Can You Take Allergy Medicine After Getting the COVID-19 Vaccine? Doctors Explain

Experts say OTC antihistamines should be fine—but allergy shots warrant more caution.

No allergy season is easy, but this one might be particularly stressful if you’re feeling stuffy, itchy, and fatigued around the time of your COVID-19 vaccine appointment.

So far, nearly half of all Americans have received at least one dose of the available COVID-19 vaccines, according to the Centers for Disease Control and Prevention (CDC).

If your appointment is fast approaching, you might be wondering whether you can continue taking your usual allergy meds before and after your jab. Thankfully, most over-the-counter allergy drugs like antihistamines are perfectly safe to use—but the same isn’t necessarily true for allergy shots or prescription meds.

Here’s everything you need to know about taking allergy medications before and after receiving the COVID-19 vaccine, according to doctors.

Can you take OTC allergy medications before or after the vaccine?

In short, yes. Over-the-counter antihistamines and nasal steroid sprays “will not affect vaccine efficacy,” says Purvi Parikh, M.D., an allergist with the Allergy & Asthma Network who specializes in infectious disease. So if you regularly rely on meds like Claritin, Flonase, or Zyrtec, you can keep taking them—even on the day of your appointment.

These medications help block your body’s reaction to allergens like pollen and dust, keeping swelling, itching, and congestion to a minimum; they don’t interfere with the production of antibodies spurred by the COVID-19 vaccines.

However, if you don’t take allergy medications daily, the CDC advises against taking them to try to mitigate potential side effects before your shot (just like their guidance with OTC pain medications like ibuprofen).

“You can take these medications to relieve post-vaccination side effects if you have no other medical reasons that prevent you from taking these medications normally,” the CDC explains.

What about allergy shots?

Out of an abundance of caution, you should avoid getting any routine allergy shots on the same day as your COVID-19 vaccination, says Abinash Virk, M.D., an infectious disease expert at the Mayo Clinic.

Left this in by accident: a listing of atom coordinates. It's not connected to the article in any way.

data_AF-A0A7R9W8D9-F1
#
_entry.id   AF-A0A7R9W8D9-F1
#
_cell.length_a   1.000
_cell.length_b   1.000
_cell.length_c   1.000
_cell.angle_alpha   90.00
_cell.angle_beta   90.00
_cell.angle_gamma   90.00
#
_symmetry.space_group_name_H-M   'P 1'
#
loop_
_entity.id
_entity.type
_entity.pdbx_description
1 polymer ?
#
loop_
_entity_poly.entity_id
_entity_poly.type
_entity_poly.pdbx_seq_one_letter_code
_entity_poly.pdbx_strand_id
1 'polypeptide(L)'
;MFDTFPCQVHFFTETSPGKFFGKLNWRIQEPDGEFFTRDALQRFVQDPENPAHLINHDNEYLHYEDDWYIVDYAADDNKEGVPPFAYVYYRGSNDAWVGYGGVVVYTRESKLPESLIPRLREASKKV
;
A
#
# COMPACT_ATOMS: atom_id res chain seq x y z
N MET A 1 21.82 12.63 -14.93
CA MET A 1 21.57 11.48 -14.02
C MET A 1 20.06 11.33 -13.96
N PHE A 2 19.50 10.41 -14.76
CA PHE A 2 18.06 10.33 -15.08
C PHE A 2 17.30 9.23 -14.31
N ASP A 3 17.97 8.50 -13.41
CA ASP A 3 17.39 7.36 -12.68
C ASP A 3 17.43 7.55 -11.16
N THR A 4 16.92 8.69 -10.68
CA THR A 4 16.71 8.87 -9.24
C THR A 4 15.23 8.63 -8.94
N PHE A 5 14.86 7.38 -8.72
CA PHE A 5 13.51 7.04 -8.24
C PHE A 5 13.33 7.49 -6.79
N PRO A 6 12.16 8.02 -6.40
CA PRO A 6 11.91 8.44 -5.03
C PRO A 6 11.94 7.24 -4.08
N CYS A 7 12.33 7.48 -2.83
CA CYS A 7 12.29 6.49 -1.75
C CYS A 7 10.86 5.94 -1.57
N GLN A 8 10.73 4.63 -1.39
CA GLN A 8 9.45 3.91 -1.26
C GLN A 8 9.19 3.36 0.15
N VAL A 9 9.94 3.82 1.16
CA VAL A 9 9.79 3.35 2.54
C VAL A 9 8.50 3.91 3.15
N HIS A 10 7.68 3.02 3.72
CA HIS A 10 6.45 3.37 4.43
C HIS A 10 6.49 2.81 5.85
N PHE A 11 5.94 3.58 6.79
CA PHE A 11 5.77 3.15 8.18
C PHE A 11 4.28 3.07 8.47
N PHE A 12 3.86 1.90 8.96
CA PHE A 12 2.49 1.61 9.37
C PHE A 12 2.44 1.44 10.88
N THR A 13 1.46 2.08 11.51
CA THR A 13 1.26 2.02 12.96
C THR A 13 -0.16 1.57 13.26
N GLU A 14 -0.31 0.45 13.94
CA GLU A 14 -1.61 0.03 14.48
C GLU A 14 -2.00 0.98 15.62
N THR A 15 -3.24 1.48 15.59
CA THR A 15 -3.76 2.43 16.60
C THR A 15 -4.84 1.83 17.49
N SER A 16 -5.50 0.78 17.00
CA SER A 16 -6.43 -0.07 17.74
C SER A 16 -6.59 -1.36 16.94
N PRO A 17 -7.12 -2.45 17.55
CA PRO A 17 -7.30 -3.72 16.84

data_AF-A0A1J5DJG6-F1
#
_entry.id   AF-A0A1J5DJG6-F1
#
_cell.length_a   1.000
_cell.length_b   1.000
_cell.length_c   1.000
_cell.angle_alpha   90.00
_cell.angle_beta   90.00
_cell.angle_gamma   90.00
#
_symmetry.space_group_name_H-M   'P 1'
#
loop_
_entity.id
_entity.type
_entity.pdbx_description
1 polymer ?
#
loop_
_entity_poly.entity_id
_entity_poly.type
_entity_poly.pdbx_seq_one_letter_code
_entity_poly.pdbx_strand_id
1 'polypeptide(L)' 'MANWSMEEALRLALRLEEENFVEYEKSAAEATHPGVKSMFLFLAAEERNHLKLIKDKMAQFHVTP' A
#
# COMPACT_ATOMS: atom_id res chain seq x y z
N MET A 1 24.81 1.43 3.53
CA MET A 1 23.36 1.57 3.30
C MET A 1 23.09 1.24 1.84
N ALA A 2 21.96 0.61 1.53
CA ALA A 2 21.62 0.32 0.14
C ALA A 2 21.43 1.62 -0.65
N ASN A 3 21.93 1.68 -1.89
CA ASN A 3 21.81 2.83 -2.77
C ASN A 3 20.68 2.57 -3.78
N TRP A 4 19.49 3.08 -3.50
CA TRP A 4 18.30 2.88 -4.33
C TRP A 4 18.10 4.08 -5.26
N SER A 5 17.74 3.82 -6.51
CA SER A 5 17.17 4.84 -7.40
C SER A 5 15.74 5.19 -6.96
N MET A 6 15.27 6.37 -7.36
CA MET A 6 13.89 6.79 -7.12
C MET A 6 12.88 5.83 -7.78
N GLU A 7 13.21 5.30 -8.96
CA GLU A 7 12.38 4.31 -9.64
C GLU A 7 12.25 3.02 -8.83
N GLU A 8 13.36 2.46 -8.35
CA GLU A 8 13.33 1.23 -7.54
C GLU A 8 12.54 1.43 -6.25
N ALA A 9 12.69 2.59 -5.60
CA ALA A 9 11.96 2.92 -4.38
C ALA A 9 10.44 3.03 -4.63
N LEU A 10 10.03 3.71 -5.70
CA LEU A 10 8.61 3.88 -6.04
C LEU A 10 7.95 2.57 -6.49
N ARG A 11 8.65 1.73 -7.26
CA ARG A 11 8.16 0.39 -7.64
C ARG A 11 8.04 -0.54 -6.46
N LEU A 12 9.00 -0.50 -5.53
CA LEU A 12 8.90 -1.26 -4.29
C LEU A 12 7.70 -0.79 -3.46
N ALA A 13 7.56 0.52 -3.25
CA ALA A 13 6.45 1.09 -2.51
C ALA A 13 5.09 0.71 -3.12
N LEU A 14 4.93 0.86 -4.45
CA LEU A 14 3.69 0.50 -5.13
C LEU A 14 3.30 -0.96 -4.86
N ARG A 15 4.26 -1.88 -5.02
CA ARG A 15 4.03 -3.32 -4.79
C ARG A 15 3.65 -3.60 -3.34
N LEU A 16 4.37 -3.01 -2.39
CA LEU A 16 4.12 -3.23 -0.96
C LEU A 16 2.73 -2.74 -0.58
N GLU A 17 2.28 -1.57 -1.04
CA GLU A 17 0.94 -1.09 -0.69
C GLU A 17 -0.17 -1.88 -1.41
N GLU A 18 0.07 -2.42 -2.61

The reason: There isn’t enough research to determine whether getting the vaccine on the same day as an allergy shot is safe and effective, since any injection has the possibility, however faint, of messing with your body’s immune response. In this case, it’s just best to err on the side of caution. The recommended wait is “similar to how we separate vaccines from the COVID-19 vaccine by 14 days,” notes Dr. Virk. “We recommend 48-hour separation from allergy shots to decrease the risk of adverse effects from the vaccine.”

Experts at Penn Medicine, meanwhile, recommend separating shots by at least one full week. Ultimately, the decision will be up to you and your doctor, who knows your medical history and can take a personalized approach to your needs.

The same goes for prescription steroid medications for allergies, like Depo-Medrol and Kenalog, which have the potential to meddle with your immune system’s reaction to the COVID-19 vaccines, Dr. Parikh says. (Worth noting: One study published in March found no evidence that steroid injections interfere with vaccine efficacy, but the researchers still recommended caution for now.)

Should you worry about allergic reactions to the COVID-19 vaccine?

Allergic reactions to the COVID-19 vaccine are possible, but rare—they occur in every two to five people per million vaccinated, per the CDC. This type of allergic reaction almost always presents within 30 minutes of the shot, which is why you have to wait 15 to 30 minutes before leaving your vaccination site.

“The majority of allergy patients can take the vaccine with no problem.”

“Fortunately, vaccination providers have medicines available to effectively and immediately treat patients who experience anaphylaxis following vaccination,” the CDC notes. This means that you should not attempt to treat any adverse reaction on your own with OTC allergy medications.

Anyone with a history of severe allergic reactions for any reason should be aware of the risks of anaphylaxis from the COVID-19 vaccine. (Any vaccine, not just the COVID vaccines, can trigger a serious allergic reaction.) If you are allergic to polyethylene glycol, polysorbate, or any of the components in the available COVID-19 vaccines, you should not receive the vaccine, per the CDC.

When in doubt, talk to your doctor to discuss your options. “Consult an allergist if you are worried you may be allergic to the vaccine,” Dr. Parikh recommends. “The majority of allergy patients can take the vaccine with no problem.”

This article is accurate as of press time. However, as the COVID-19 pandemic rapidly evolves and the scientific community’s understanding of the novel coronavirus develops, some of the information may have changed since it was last updated. While we aim to keep all of our stories up to date, please visit online resources provided by the CDC, WHO, and your local public health department to stay informed on the latest news. Always talk to your doctor for professional medical advice.

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